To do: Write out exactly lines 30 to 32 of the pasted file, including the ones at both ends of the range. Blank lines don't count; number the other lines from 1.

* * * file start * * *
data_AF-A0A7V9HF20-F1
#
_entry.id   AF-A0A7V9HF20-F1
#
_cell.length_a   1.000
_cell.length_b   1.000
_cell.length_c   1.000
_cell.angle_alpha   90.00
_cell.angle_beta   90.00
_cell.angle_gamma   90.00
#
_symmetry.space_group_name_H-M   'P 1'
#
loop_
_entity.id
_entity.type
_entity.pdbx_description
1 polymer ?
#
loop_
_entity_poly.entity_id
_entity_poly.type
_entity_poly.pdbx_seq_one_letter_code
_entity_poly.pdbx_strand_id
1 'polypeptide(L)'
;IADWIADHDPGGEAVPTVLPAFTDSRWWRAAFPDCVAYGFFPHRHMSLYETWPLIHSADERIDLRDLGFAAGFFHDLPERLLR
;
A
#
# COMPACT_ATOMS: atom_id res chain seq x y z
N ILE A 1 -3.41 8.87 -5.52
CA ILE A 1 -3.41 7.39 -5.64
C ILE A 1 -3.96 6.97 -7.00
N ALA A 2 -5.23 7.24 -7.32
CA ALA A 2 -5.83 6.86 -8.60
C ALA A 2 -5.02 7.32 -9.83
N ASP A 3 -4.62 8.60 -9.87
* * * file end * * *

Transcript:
# COMPACT_ATOMS: atom_id res chain seq x y z
N ILE A 1 -3.41 8.87 -5.52
CA ILE A 1 -3.41 7.39 -5.64